Money and golf. The two are so inextricably entwined that it is difficult to tell where the sport ends and the business begins. Or vice versa.
Half a century ago, prize money on the PGA Tour barely surpassed $150,000. Today, the figure stands at an astonishing $30 million.
But it is not just purses that tell the story. The economics of golf long ago left behind the simple question of who has won how much.
Now, the talk around the tees has to do with sponsorships, profit margins, interest rates and the like. This is all the more true on courses constructed as part of a residential or commercial development.
Recently, Urban Land Magazine took a look at the economics of the game in relation to real estate and came up with some interesting statistics.
"Golf courses have traditionally been treated as 'loss leaders' by the real estate and resort industry," the magazine said. "They have been regarded as necessary but very costly amenities. Resort and community developers were satisfied with a break-even golf course operation if they generated real estate sales or higher room rates and occupancy."
Now, according to the article, more and more developers and their course operators are finding that golf courses, properly managed, can be paying propositions.
"A number of firms have recognized the profit potential from the business of good golf course management," Urban Land said.
Because supply still lags behind demand, because the number of golfers keeps increasing faster than the number of courses available, golfers are willing to pay more to play.
And pay they do.
"During the past three years, both greens and cart rental fees have escalated more rapidly than most other items in the national economy," Urban Land said.
"An important corollary trend is toward the mandatory use of golf carts. . . . Although the primary reason given for demanding the use of carts is to speed up play, economics are an extremely important part of this decision: Cart rentals are very profitable."
Of course, the faster players are made to play, the more players can be squeezed onto a course in a given time and the more money can be made.
"Many golf course managers," the magazine continued, "are initiating policies that not only encourage but actually enforce faster play."
But, as Tom Weiskopf points out in the current issue of Golf magazine, at the same time that the course operators are trying to speed play, developers have contributed to slowing it down by the very design of their courses.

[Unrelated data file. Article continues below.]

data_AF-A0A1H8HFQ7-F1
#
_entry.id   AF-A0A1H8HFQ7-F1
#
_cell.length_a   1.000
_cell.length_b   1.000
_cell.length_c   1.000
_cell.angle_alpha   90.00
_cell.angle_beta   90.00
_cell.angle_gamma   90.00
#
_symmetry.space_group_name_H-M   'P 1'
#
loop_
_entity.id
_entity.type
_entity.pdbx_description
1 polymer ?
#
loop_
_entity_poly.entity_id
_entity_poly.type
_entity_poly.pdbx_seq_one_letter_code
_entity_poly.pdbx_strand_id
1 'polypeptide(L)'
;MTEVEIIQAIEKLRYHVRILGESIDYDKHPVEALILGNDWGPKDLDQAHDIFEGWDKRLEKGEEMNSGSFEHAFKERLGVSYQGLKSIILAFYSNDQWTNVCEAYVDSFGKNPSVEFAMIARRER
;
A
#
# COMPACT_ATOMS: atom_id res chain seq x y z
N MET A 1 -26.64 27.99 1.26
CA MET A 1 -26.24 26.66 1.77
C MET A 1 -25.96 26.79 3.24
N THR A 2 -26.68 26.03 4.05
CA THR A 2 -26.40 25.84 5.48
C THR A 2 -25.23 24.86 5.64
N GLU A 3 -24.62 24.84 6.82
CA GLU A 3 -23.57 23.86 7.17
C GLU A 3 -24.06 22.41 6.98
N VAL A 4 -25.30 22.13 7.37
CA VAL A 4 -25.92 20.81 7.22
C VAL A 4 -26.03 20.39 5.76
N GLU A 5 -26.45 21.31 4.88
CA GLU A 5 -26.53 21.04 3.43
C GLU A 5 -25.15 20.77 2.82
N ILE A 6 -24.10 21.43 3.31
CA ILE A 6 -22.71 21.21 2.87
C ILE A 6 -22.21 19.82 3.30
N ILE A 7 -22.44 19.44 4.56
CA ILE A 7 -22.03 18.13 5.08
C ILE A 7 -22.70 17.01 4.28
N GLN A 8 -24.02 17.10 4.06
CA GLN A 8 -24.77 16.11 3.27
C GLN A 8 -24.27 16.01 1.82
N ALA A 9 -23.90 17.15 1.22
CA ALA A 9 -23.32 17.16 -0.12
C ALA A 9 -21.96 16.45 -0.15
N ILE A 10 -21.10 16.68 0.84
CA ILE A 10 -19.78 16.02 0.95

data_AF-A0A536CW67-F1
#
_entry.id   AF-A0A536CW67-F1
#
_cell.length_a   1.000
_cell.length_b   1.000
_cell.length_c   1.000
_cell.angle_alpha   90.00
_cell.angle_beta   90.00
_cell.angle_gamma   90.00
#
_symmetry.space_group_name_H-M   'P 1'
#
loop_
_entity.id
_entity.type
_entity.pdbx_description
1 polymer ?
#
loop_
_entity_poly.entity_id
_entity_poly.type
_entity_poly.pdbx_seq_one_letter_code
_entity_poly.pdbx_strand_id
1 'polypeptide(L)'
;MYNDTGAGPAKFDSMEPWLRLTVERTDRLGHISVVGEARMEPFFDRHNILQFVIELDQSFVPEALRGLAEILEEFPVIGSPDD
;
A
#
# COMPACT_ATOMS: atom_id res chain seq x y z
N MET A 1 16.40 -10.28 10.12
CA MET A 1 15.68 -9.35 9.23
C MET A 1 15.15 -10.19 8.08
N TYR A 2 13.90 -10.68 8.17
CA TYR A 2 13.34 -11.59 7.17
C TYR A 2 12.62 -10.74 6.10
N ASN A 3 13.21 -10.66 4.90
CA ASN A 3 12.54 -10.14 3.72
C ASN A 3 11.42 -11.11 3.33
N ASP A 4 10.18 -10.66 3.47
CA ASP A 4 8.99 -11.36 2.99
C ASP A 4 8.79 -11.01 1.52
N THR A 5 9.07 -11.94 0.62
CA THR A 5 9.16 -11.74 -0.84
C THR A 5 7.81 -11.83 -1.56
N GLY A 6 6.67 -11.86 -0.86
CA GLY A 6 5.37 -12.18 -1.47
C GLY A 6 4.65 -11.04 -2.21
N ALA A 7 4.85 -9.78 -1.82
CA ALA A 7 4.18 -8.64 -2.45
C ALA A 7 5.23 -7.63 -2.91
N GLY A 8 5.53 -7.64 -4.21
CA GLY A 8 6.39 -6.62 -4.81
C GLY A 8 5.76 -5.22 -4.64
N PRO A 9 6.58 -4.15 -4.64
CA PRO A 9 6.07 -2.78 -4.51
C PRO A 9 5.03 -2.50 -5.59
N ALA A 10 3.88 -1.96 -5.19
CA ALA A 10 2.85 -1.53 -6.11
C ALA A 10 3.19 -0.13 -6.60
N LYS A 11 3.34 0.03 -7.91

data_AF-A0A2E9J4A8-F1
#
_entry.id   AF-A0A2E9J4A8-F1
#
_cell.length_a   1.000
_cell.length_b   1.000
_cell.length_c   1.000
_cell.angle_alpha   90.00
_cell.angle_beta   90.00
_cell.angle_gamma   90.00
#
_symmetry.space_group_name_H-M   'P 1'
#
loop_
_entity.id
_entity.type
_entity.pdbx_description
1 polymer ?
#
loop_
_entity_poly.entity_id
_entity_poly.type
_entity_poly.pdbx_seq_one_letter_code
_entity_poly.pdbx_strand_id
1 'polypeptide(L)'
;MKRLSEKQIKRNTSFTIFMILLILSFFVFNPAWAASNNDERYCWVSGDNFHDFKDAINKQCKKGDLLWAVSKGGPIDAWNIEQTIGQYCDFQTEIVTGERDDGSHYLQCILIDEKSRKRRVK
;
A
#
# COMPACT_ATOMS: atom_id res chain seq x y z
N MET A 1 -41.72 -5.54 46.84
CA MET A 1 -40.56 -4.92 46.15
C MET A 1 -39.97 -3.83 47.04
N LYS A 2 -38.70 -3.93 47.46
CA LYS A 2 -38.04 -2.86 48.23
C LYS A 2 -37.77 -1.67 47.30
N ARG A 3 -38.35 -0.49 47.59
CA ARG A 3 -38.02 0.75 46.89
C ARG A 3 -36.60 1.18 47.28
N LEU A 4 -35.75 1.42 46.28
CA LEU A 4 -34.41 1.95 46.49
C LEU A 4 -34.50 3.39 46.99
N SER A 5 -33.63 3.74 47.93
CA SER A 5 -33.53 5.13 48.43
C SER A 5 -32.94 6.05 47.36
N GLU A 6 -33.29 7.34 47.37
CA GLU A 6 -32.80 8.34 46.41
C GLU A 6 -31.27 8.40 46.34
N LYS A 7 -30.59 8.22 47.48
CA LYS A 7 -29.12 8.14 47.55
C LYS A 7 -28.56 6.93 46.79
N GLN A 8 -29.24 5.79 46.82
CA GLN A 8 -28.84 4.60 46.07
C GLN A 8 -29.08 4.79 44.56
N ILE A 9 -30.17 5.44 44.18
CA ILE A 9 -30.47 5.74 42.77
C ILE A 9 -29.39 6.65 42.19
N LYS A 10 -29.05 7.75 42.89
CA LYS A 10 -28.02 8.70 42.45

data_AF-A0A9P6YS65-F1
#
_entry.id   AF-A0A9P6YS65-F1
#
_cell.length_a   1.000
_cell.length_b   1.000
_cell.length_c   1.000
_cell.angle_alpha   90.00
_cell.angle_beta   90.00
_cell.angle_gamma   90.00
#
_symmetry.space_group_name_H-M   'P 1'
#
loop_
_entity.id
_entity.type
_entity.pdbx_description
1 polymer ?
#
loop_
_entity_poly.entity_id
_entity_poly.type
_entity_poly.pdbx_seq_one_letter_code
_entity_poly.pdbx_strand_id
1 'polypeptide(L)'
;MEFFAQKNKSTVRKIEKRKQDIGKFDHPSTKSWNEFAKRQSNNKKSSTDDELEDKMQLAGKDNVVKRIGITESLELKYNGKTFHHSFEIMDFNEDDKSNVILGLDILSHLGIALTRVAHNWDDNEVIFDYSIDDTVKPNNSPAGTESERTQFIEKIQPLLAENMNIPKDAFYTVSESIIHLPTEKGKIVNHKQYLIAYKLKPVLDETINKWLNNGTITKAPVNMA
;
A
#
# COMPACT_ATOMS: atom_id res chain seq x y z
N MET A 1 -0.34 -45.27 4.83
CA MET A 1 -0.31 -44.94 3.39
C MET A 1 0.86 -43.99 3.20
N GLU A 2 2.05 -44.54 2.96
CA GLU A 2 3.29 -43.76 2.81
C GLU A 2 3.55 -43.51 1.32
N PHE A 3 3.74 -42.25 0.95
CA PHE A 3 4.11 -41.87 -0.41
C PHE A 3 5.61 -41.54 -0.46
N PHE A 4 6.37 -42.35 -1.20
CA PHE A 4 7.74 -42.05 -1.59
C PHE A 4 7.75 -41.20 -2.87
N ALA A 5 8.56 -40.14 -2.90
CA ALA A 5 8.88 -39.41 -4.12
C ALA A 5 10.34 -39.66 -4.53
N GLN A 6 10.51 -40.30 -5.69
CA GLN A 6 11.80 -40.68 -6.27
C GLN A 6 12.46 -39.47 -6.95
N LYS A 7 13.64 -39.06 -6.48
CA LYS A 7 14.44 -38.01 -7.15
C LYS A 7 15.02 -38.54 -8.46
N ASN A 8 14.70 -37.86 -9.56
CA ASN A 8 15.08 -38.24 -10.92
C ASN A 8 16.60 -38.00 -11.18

"The old, traditional courses are no longer being built because the owner wants to string this thing out like a big figure eight and maximize the amount of land available for housing," Weiskopf said.
"But wasn't the first rule of golf that the next tee should be no farther than three steps from the last hole of play? That's gone today. Now it costs $9 million minimum to build a course, clubhouse and all the facilities."
And, as Weiskopf said, developers have to build enough homes into the course design to cover that cost.
It used to be that each hole on a golf course cost an average of $50,000 to $100,000 in construction costs and an additional $15,000 to $20,000 in annual maintenance costs. Today, those figures have skyrocketed to $223,000 to $275,000 for construction and $25,000 to $30,000 for maintenance, according to Urban Land.
Even so, by initiating the policies mentioned above, courses can be extremely profitable, as the magazine demonstrates.
"A resort golf course that achieves an average of 40,000 rounds of play per year and has an average fee of $35 (including cart) . . . produces gross revenue of $1.4 million."
But if carts are made mandatory and play is speeded to increase the number of rounds . . .
"At 50,000 rounds, the gross revenue increases to over $1.7 million. If the resort is able to charge up to $50 per round, as is the case at most Hawaiian resorts, the gross income can jump above $2 million. After deducting a generous $600,000 for maintenance and $200,000 to $300,000 for general and administrative expenses, a net of $500,000 to $1 million is achievable."
It was Sam Snead who once said that, "The name of the game is to get the ball in the hole and pick up the check."
These days, it seems, even the former ability is not necessary. A lot of money is being made from golf by those who never lift a club.
According to figures released by the National Golf Foundation, the number of active golfers in the United States rose by 15% last year to a total of 20.2 million.
In the past, the NGF said, the annual increase has usually been around 3%. It attributed the larger increase to the sport's higher profile, which it said was partly due to Jack Nicklaus' victory in the 1986 Masters.
Three out of four golfers in the United States (76.1%) are men, but women golfers showed a larger percentage increase last year, their ranks climbing by 38.9%.